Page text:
That same voice resonated with me, despite its repletion of Arabic words. The stories in those songs were my stories: anecdotes about growing fatherless in the hood, tireless mothers, the ubiquitous presence of drugs, gang violence, wanton sexual aberrations, poor public schools, racism, police brutality, etc. They rapped about God but in a real sense, relative to the realities in the hood, not as an academic abstraction. In most cases, the Arabic phrases just seem to fit in with the messages and the narratives themselves. I knew, even back then, that God was behind those accented words; I just didn’t know what they meant. Subhan’Allah, it’s almost if the artists were giving dawah (inviting, proselytizing but without the negative connotations), inculcating us, albeit subconsciously, with the message of Islam.
And really, if that’s actually the case, who better suited for the task than an ill (cool) MC with mad flow? When Allah wants a people to be guided, He’ll send the message through a medium which the people can understand and relate to. I highly doubt most of us hood dwellers would have been receptive to “traditional” approaches by “traditional” Immigrant Muslims. I can’t image, back in those days, a “traditional” Immigrant Muslim, an Arab or a Desi, giving dawah through rapping and succeeding at it anyway. (The attempt would be hilarious though 🙂 ). I mean really, consider this: the first time I ever heard Bismillah al-rahman al-rahim or Allah or Qur’an was in a rap song – not from a conservative, bearded sheikh from over seas or a hijabi or a niqabi or even from a recitation of the Qur’an itself but from a rap song. In fact, were I betting man (gambling is forbidden in Islam), I would say hip-hop introduced a significant number of people in the 80s and 90s to Muslim terminology. Just think about that for a moment and let it marinate. I swear by Allah there’s a lesson to be found in the experience of Black Americans, the analogous Ansar (“helpers,” refers to the natives of Medina) of this country that I feel my Immigrant brothers and sisters, the analogous Muhajirun (“people who makes a pilgrimage,” those who made the pilgrimage from Mecca to Medina with the Prophet صلى الله عليه وسلم) aren’t understanding and capitalizing on.
Some years down the road, al-hamdu’ilah, I became Muslim, and I now have scant knowledge of Arabic and Islam. Those same hip-hop songs shuffle on my iPod and I can’t but help to smile when I hear the references to Islam. Though their methods were not beyond criticism (charges of misogyny, stuff like that), these people from the slums and ghettos helped forge a place in this country for Islam. For me, it’s a bitter shame that the influence of Islam hip-hop culture in America isn’t as recognized as it should be. For better or worse, the hip-hop artists, despite music supposedly being haram (forbidden) in some schools of jurisprudence, were the ones who reached the urban youth with their lyrics, and yet this is seldom mentioned in traditional Muslim circles. I’m sometimes tempted to think that history will never fully acknowledge the contribution of Blacks to Islam in this country, as if Islam just arrived with (most of) the Arabs and the Desis in 60s and 70s, but my conversations with Muslims, Immigrant and Indigenous alike, pushes this temptation to the way side. People know and are beginning to understand, especially those in my generation. Maybe it’s not too late for the Muhajirun to learn from the Ansar. Allahu’Alim.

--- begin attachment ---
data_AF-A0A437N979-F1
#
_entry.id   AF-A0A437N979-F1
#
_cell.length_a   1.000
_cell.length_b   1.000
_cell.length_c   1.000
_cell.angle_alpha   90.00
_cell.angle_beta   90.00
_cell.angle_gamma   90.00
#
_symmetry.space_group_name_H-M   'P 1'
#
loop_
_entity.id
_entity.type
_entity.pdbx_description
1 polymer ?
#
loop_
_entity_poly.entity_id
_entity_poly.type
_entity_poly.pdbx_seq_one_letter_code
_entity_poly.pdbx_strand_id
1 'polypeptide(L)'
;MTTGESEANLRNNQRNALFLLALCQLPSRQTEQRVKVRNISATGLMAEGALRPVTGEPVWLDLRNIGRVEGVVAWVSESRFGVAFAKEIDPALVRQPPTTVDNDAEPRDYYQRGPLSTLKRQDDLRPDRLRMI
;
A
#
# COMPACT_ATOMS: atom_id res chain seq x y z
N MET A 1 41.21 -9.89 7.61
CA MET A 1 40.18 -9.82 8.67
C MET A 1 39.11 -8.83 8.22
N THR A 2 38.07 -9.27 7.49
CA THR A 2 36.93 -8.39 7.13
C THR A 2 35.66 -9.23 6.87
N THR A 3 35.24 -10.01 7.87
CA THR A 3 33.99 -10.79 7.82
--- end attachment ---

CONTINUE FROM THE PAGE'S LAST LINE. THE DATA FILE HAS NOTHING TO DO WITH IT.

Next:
Hopefully, I won’t run into trouble in saying this, but I’ve always concerned Allah to be the best of Artists, having brought existence into being, and, in the case of the Qur’an, the best of Poets. To be sure, to be real sure, the Qur’an is NOT a book of poetry; it is a book of ayat (signs), of hidayah (guidance), of hikma (wisdom), of nur (light) and of so much more. Moreover, the Prophet صلى الله عليه وسلم was NOT an MC, though he certainly had some skills of his own.
The melody of the Qur’an, it’s rhythm and sick rhyming patterns, it’s fluidity, it’s poetry, is truly something fans of hip-hop should admire. Even for those of us illiterate in Arabic, like myself, it is impossible not to be flabbergasted by the “flow” of the Qur’an. I mean, fo real, my Lord’s got mad “flow!” His is, quite literally, divine.